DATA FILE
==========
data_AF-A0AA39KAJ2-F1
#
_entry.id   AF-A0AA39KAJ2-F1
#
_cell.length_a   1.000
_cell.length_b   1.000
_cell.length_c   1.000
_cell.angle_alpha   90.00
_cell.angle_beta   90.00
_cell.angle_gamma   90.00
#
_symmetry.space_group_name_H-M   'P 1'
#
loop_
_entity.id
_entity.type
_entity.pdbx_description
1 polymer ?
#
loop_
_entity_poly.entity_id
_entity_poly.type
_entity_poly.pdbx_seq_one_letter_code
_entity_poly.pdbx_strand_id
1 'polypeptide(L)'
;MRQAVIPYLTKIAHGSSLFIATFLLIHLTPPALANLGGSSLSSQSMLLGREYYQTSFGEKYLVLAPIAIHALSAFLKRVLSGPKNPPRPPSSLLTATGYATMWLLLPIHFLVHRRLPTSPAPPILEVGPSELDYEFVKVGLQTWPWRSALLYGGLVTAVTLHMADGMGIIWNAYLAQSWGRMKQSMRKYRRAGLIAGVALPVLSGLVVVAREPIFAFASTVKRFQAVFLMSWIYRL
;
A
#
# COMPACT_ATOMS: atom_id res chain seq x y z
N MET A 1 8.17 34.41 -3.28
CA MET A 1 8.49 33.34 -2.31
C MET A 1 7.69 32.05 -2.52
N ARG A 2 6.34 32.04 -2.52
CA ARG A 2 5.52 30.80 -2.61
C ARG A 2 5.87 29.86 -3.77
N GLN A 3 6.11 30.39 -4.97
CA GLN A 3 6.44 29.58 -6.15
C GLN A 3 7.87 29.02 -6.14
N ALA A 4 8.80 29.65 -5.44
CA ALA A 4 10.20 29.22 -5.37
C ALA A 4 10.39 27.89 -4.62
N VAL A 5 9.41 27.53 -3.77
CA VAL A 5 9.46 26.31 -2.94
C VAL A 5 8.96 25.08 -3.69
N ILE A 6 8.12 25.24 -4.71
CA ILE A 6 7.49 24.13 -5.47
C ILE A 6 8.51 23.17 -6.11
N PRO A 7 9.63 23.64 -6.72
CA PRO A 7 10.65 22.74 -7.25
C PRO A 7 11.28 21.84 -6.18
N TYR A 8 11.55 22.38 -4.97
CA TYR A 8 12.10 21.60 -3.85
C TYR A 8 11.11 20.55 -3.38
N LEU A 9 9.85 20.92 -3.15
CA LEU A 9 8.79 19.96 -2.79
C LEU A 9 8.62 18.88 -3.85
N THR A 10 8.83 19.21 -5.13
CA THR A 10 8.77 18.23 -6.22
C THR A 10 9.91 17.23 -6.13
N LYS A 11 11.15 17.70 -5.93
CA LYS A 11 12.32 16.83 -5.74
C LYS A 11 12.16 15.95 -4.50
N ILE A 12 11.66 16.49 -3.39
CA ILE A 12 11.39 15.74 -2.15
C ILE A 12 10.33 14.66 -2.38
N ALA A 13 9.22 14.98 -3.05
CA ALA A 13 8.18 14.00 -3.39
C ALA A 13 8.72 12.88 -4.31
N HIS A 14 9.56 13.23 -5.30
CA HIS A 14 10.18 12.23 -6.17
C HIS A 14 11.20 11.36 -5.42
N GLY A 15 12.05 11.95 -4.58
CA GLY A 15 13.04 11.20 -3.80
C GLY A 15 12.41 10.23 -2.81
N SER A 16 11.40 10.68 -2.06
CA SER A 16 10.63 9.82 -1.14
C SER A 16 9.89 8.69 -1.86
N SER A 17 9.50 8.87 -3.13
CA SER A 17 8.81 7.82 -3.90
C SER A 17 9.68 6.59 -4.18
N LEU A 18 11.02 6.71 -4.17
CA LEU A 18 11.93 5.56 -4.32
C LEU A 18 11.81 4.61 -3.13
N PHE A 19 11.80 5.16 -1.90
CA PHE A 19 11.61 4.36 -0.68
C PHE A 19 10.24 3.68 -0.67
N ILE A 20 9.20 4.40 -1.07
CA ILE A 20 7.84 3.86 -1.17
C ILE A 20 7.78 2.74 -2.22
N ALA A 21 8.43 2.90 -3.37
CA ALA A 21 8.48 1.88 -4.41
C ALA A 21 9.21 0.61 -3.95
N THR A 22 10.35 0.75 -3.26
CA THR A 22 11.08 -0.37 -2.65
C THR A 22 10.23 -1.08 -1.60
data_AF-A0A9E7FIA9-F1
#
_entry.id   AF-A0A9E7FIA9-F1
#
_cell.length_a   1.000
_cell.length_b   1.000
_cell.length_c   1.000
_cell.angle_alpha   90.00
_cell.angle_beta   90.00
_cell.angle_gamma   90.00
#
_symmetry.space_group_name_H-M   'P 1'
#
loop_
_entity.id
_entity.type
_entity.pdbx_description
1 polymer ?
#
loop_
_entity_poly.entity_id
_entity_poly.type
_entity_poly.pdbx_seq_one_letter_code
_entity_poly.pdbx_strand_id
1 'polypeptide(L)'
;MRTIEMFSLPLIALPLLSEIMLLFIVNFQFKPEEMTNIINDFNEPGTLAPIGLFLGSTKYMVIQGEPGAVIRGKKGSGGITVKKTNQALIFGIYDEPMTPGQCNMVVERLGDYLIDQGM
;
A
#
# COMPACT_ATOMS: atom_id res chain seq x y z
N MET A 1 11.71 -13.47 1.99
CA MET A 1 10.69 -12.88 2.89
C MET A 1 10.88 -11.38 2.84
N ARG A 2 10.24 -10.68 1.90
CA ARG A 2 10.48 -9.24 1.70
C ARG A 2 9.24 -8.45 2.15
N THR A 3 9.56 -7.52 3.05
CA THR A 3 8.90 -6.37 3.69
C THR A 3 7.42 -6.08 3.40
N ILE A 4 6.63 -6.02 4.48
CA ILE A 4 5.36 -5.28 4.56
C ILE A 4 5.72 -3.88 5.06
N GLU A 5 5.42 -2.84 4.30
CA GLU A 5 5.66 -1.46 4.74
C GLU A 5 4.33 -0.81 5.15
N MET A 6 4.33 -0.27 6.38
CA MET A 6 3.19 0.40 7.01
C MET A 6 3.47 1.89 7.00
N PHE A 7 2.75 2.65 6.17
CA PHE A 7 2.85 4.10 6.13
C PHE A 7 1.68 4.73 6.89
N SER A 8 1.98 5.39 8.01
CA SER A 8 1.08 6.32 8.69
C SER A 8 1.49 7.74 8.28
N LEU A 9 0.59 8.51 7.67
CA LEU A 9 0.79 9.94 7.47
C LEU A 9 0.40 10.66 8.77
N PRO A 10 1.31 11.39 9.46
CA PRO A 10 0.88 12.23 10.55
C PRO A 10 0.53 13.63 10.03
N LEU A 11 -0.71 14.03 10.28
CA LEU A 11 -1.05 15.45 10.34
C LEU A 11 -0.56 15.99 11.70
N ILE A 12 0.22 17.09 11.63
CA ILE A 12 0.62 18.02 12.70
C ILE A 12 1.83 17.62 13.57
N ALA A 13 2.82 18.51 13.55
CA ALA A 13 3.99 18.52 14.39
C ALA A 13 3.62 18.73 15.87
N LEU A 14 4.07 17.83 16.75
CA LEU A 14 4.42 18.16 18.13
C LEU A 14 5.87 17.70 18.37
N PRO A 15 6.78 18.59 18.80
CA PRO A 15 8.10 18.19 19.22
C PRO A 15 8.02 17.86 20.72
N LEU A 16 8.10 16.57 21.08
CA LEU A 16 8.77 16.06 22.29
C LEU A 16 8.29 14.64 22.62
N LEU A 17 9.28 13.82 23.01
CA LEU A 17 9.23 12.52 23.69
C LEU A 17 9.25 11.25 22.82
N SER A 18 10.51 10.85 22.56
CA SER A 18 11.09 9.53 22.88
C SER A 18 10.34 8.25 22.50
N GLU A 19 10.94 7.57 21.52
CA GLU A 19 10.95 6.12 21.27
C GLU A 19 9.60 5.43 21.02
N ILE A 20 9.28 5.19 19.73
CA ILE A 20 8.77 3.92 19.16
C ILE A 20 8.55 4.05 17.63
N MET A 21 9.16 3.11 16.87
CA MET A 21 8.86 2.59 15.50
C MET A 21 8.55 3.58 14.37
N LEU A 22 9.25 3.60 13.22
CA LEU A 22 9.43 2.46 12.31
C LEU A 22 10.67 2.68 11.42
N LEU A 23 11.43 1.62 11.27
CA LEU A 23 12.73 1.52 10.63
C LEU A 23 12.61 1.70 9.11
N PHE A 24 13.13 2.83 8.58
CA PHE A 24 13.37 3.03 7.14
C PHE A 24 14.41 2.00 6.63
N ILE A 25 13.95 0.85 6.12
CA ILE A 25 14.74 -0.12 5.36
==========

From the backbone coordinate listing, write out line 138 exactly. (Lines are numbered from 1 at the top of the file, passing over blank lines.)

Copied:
C ILE A 4 5.72 -3.88 5.06